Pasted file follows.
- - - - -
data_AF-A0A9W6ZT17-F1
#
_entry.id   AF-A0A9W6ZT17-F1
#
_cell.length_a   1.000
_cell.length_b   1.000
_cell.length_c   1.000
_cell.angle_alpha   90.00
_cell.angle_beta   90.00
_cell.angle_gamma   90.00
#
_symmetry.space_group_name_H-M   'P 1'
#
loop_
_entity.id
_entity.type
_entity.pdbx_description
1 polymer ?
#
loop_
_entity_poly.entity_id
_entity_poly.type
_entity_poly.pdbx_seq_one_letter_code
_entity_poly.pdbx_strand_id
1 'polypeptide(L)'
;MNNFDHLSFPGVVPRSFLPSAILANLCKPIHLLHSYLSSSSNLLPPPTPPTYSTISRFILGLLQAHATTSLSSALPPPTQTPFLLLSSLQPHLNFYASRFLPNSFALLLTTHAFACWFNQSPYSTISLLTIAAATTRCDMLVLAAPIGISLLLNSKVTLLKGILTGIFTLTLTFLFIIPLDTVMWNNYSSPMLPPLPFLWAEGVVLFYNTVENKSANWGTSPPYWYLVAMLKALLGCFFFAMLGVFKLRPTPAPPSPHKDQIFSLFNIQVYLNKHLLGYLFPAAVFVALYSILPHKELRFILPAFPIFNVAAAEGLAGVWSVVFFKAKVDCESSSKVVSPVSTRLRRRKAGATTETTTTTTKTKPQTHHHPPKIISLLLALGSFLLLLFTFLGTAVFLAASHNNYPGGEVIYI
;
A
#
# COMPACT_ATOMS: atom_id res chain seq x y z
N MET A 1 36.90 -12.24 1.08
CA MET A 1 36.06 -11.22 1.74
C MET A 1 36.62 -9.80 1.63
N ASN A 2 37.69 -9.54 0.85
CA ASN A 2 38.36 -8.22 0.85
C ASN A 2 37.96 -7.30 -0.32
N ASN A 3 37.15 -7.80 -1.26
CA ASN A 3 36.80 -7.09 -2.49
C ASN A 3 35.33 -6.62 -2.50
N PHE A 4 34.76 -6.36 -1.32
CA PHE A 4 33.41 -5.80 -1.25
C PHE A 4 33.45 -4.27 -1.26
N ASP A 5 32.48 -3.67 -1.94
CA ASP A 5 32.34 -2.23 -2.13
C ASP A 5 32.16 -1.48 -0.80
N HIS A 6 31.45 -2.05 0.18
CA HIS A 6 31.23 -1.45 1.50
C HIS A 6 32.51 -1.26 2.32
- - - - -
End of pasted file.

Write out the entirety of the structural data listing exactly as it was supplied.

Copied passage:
data_AF-A0A9W6ZT17-F1
#
_entry.id   AF-A0A9W6ZT17-F1
#
_cell.length_a   1.000
_cell.length_b   1.000
_cell.length_c   1.000
_cell.angle_alpha   90.00
_cell.angle_beta   90.00
_cell.angle_gamma   90.00
#
_symmetry.space_group_name_H-M   'P 1'
#
loop_
_entity.id
_entity.type
_entity.pdbx_description
1 polymer ?
#
loop_
_entity_poly.entity_id
_entity_poly.type
_entity_poly.pdbx_seq_one_letter_code
_entity_poly.pdbx_strand_id
1 'polypeptide(L)'
;MNNFDHLSFPGVVPRSFLPSAILANLCKPIHLLHSYLSSSSNLLPPPTPPTYSTISRFILGLLQAHATTSLSSALPPPTQTPFLLLSSLQPHLNFYASRFLPNSFALLLTTHAFACWFNQSPYSTISLLTIAAATTRCDMLVLAAPIGISLLLNSKVTLLKGILTGIFTLTLTFLFIIPLDTVMWNNYSSPMLPPLPFLWAEGVVLFYNTVENKSANWGTSPPYWYLVAMLKALLGCFFFAMLGVFKLRPTPAPPSPHKDQIFSLFNIQVYLNKHLLGYLFPAAVFVALYSILPHKELRFILPAFPIFNVAAAEGLAGVWSVVFFKAKVDCESSSKVVSPVSTRLRRRKAGATTETTTTTTKTKPQTHHHPPKIISLLLALGSFLLLLFTFLGTAVFLAASHNNYPGGEVIYI
;
A
#
# COMPACT_ATOMS: atom_id res chain seq x y z
N MET A 1 36.90 -12.24 1.08
CA MET A 1 36.06 -11.22 1.74
C MET A 1 36.62 -9.80 1.63
N ASN A 2 37.69 -9.54 0.85
CA ASN A 2 38.36 -8.22 0.85
C ASN A 2 37.96 -7.30 -0.32
N ASN A 3 37.15 -7.80 -1.26
CA ASN A 3 36.80 -7.09 -2.49
C ASN A 3 35.33 -6.62 -2.50
N PHE A 4 34.76 -6.36 -1.32
CA PHE A 4 33.41 -5.80 -1.25
C PHE A 4 33.45 -4.27 -1.26
N ASP A 5 32.48 -3.67 -1.94
CA ASP A 5 32.34 -2.23 -2.13
C ASP A 5 32.16 -1.48 -0.80
N HIS A 6 31.45 -2.05 0.18
CA HIS A 6 31.23 -1.45 1.50
C HIS A 6 32.51 -1.26 2.32